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CRISPR, the revolutionary genome editing technique

  • November 22nd, 2016
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This genome editing technique, discovered by chance by the scientific Francis Mojica in 2003, has an important therapeutic potential, since it allows to rewrite accurately the genome.

CRISPR (Clustered Regularly Interspaced Short Palindromic Repeats) technique can correct and edit the genome of any cell. Furthermore, it is a cheap and simple technique, also known as “copy and paste” of DNA. Thanks to the protein Cas9, that has the function of scissor in the genome editing technique, it is possible to cut any DNA molecule in a precise way.

CRISPR technique works as a word processor, since it allows to cut and paste several genes at the same

It is a very important discovery for genetic manipulation applications. So much so, that CRISPR technique was considered as the most relevant scientific breakthrough for the journal Science in 2015.The most curious thing is that Mojica discovered it by chance.

The scientific from Alicante, Francis Mojica (1963), was studying since 1995 the repeated sequences of DNA of bacteria and archea when on summer 2003 he enjoyed his “eureka moment”. He discovered that in the bacteria genome repetitions there were spaces with fragments that proceeded from virus or other invasive elements. That’s why he arrived at the conclusion that bacteria have their own immune system, in other words, that they can vaccinate themselves in front of a virus.

The discovery was published in 2005 and it is considered as a genome editing technique with an important therapeutic potential. Many laboratories work with this technique, but the leading ones are in USA and China.

mutacion genMice illnesses have been corrected by studies and researches in laboratories thanks to the CRISPR technique. In addition, this technique allows to correct genetic defects associated with human illnesses and to design strategies against cancer.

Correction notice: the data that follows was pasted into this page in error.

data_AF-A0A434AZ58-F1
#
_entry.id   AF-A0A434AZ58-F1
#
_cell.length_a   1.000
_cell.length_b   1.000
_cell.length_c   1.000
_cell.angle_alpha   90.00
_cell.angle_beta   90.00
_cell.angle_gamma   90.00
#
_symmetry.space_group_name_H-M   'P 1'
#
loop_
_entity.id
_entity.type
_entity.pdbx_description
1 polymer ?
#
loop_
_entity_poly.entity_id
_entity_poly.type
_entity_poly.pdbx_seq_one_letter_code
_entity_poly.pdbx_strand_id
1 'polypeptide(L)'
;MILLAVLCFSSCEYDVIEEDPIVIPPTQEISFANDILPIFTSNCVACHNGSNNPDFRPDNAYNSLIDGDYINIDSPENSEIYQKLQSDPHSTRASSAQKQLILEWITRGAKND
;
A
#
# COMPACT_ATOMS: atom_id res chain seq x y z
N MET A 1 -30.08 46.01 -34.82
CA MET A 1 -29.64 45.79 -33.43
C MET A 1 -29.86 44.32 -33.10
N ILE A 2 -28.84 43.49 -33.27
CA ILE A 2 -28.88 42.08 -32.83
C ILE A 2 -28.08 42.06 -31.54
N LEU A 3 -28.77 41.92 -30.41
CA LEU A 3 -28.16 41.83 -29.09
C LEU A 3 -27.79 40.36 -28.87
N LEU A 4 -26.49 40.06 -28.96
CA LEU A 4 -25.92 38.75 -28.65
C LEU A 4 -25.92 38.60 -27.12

On June 2016, USA approved the first clinical trial of the CRISPR technique for checking if this technique was safe for the treatment of cancer patients. This trial was financed by Sean Parker, the ex-president of Facebook. He invested a total of 220 million euro in the creation of a foundation to promote the immunotherapy against cancer.

In this clinical trial, lymphocytes T (a kind of white cells) were extracted from 18 patients and later, by the CRISPR technique, three genes of each one of them were modified.

The first time that this technique has been used with people was in China, where modified cells by the CRISPR-Cas9 technique have been injected to ill people. This trial, directed by the oncologist Lu You, from the University of Sichuan, was centred in a patient that suffered from an aggressive lung metastatic cancer, which was unresponsive to chemotherapy treatment.

CRISPR, a more simple and efficient technique, will accelerate the process to work with genetically edited cells in clinical practice throughout the world

Through this trial, it was evaluated the security of the modified T lymphocytes. Lu and his team ensured to Nature journal that the treatment worked with no problem, and that is why they want to go on trying with other ten patients.

On the other hand, Chinese laboratories have used CRISPR technique in human embryos editing, but in this case arise ethical conflicts. Mojica said in an interview of El País that embryos shouldn't be modified to edit a genetic feature.

Furthermore, many scientifics demand that this technology can’t be protected by any patent (the first was acquired in 2004 by the Broad Institute), due to its great capacity for the cure of illnesses.

The revolutionary Mojica’s technique places him in the list of candidates to Nobel Prize in the next years. The Spanish scientific community supports this candidacy, and if he finally gets it, he would be recognised for years and years of effort in research.